At the moment, you don't have to have a UK passport, it's up to you. You can travel with your original country's passport.

Things may change after the end of June 2021, when having status becomes mandatory for EEA nationals.

If a person is has a dual citizenship (UK and another EU member state) it is recommended that they apply for a British passport and they use the British passport to enter and exit the UK.

*Dual citizens are advised to travel with both passports - UK passport and EU member state passport - as many EU countries require their citizens to enter and exit their territory with the country passports, even when they have dual citizenship of another country.

Example - Dual citizens of Italy and UK, travelling from the UK to Italy via plane, will use the UK passport for the registration on the airline's form - for both flights to Italy and from Italy. At the passport control exiting the UK they will use their UK passport, on arrival in Italy and on departure from Italy they will use their Italian passport. On arrival in the UK they will use their UK passport.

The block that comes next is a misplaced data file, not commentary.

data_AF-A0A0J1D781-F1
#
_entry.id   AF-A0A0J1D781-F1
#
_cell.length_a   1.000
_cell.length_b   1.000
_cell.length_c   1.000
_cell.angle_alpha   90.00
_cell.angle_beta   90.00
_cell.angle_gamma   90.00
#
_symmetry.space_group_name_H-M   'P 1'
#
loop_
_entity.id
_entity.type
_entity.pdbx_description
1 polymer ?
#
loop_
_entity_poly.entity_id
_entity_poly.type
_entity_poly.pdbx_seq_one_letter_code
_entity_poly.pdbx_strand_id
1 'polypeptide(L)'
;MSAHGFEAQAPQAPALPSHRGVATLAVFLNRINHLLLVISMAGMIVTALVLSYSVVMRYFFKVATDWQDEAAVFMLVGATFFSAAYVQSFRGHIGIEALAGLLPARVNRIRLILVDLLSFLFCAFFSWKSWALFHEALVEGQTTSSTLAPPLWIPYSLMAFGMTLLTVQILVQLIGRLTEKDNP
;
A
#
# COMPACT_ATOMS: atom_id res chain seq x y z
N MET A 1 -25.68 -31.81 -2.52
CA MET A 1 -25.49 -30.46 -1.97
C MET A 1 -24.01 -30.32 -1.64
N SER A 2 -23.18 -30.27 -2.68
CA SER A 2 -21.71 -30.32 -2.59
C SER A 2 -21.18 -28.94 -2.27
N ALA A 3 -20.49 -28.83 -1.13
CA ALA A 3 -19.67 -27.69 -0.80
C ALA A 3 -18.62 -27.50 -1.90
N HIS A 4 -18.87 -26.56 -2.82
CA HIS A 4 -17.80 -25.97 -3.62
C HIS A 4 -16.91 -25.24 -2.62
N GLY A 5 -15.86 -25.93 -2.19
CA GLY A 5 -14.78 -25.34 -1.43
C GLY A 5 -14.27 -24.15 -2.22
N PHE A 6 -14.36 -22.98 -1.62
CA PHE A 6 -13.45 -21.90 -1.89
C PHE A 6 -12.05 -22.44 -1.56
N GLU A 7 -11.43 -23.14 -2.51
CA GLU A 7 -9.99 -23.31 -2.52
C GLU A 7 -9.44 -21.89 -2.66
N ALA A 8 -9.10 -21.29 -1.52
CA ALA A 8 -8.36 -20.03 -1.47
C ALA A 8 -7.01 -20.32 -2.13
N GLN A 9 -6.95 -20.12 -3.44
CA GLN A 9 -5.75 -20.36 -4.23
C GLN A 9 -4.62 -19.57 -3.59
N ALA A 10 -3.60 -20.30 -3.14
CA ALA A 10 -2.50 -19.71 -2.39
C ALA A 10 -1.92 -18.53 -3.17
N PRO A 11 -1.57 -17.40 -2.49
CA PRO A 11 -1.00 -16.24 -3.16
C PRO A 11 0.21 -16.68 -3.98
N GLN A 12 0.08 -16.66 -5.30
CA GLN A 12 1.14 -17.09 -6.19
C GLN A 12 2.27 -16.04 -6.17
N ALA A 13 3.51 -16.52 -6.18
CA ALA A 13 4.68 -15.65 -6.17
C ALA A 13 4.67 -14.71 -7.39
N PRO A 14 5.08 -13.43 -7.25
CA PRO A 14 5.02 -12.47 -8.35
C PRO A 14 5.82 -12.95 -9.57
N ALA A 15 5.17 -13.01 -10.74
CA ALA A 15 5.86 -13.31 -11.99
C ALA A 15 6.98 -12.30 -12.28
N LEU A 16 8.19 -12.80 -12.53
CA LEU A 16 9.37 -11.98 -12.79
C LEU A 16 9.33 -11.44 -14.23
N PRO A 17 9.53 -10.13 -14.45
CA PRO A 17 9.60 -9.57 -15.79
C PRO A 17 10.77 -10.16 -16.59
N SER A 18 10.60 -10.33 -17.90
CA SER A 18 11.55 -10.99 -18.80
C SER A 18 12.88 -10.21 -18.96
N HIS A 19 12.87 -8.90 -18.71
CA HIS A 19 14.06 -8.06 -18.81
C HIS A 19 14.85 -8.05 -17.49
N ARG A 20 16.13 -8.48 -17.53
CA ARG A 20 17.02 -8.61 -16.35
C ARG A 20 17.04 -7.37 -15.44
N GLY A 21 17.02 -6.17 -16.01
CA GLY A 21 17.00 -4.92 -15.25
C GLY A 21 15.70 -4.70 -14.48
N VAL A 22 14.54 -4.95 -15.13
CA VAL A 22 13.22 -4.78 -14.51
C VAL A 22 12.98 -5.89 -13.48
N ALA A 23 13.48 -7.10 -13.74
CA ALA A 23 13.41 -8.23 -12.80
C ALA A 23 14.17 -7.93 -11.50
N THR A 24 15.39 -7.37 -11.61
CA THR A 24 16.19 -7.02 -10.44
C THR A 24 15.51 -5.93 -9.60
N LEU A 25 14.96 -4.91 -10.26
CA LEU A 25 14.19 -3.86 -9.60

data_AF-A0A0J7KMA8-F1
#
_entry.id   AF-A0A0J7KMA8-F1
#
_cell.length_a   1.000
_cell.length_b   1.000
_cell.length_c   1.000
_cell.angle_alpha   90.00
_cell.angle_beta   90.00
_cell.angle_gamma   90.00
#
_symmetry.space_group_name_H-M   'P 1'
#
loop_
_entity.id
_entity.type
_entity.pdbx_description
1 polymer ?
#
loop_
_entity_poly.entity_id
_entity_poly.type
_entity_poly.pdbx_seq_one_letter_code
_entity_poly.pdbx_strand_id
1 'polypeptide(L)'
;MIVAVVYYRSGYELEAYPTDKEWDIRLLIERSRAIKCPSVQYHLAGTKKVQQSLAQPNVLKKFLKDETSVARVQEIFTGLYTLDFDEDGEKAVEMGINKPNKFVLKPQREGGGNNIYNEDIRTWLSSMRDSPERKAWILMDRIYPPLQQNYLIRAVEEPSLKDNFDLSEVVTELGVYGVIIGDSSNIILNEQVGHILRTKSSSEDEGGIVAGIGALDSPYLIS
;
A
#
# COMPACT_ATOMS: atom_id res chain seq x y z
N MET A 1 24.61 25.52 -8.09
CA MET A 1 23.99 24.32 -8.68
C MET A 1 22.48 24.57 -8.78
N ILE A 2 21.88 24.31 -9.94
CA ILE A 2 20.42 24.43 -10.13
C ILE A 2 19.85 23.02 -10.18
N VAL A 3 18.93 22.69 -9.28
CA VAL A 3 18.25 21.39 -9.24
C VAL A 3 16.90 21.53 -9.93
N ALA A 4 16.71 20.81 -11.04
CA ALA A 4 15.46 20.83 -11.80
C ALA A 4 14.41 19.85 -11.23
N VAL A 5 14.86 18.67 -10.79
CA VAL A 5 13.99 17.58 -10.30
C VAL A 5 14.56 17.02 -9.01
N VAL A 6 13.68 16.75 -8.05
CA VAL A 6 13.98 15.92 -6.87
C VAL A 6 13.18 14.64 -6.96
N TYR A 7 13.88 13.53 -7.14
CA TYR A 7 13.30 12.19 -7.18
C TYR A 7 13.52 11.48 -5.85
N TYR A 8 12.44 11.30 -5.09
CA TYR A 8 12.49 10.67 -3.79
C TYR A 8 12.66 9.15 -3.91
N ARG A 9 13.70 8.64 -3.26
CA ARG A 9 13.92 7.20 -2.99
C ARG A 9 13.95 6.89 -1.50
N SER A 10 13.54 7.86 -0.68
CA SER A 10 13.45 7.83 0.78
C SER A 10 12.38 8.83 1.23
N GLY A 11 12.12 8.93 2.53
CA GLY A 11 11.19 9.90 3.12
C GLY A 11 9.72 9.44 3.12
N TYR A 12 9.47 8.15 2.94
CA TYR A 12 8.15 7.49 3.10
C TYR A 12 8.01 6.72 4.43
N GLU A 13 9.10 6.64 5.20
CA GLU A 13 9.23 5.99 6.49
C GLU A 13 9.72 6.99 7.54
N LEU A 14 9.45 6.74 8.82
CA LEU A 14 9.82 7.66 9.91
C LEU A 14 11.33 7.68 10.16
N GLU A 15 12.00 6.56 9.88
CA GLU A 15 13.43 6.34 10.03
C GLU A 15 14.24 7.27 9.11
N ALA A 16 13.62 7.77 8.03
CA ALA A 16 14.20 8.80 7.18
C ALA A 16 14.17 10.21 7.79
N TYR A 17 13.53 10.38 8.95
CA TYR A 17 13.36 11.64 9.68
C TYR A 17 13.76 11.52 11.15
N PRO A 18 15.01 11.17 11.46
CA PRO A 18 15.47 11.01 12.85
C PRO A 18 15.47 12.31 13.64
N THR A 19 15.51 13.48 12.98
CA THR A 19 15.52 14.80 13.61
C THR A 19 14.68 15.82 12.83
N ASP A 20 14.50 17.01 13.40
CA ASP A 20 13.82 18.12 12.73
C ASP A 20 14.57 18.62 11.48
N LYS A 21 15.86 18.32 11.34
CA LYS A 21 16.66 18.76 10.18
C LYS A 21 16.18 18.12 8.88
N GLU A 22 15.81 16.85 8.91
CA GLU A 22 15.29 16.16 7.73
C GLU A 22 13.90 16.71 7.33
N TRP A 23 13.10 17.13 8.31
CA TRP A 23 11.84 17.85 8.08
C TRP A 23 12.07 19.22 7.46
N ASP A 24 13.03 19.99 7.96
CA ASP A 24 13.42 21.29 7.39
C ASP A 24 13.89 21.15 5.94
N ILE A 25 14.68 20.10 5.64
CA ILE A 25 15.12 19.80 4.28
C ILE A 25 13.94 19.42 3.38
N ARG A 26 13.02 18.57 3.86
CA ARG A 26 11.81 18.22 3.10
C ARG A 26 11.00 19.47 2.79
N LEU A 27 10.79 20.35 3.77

You can still vote at General elections provided you register to vote or update the electoral register with your new citizenship if already registered.

Inside the UK, your Certificate of Naturalisation is proof of British citizenship, however, it is not a valid travel document.

Rules may be different for certain countries such as the Netherlands, where citizenship can be lost if living abroad and not renewing the passport. Therefore, it is important to check the rights and privileges of their own EU home country and not just take for granted what they read online, as within the EU each country still has its own laws.

See Dual citizenship.